There’ll be bluebirds over . . .

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DAME VERA LYNN: A British National Treasure. ©Sue Kellerman

LIKE a lot of children, I had visions of growing up to be famous, but the image I held in my head that encapsulated this dream, was not of a big house or flashy cars, or being accosted in the street by adoring fans.

No, it was the image of me being invited as the guest celebrity on Desert Island Discs, the long running BBC radio programme.

Strange as it sounds, this would have indicated to me that I had ‘arrived’.

But don’t laugh, I still believe that there is something deliciously self indulgent about choosing your personal favourite pieces of music and having the luxury of sharing them with the world.

As those of you of a certain age will remember, also allowed along with the complete works of Shakespeare and the Bible; the desert island castaway can choose to take just one book, and although selecting eight pieces of music from the thousands that I love would be next to impossible, my book choice would present no problem.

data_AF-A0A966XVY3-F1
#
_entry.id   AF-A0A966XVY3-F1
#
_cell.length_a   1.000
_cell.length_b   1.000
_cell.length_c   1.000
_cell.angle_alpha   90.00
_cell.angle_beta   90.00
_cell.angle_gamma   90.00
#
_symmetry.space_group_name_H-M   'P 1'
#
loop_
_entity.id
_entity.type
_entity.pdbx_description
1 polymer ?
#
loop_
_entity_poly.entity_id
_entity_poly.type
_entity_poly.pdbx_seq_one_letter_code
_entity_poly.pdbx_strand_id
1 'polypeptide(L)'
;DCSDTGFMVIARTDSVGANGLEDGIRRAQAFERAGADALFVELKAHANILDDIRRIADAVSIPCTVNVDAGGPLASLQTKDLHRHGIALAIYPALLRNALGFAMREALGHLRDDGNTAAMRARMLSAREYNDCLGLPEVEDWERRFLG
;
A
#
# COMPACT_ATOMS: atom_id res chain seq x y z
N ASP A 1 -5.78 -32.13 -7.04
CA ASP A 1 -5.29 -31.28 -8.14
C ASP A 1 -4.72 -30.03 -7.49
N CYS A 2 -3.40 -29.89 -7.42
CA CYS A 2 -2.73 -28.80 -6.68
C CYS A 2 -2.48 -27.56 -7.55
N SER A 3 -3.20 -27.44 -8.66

The Road to Little Dribbling by Bill Bryson would be my choice. Following on from his earlier book: Notes from a Small Island it is a charming and often hilarious insight into the landscape and character of our islands, and because Bryson is American, he delights in detailing what he sees as the strange customs and quirkiness of the inhabitants of the British Isles.

Through all his observations, his obvious love and enchantment with the British people and their homeland shines through, putting to shame many Brits who, politics aside, show nothing but negativity about their mother country with its physical beauty and fascinating history.

Whenever I fly home from Spain or some far-flung location, the English landscape is instantly recognisable and perhaps it’s the sight of those famous white cliffs, but I swear I can hear Vera Lynn giving it large somewhere in my head.

I never did get the swanky big house and Bentley, but then I still have a lot of growing up to do. But one thing I have promised myself is that one day I will embark on my own journey, visiting the towns, villages, and countryside that hold a special meaning for me, and who knows, perhaps write my own book.

Britain has the most fascinating past in terms of world history and it may be unfashionable to say this, but Britain for me is not Europe.

Britain is quite simply . . . Britain.

Incomparable and unique.

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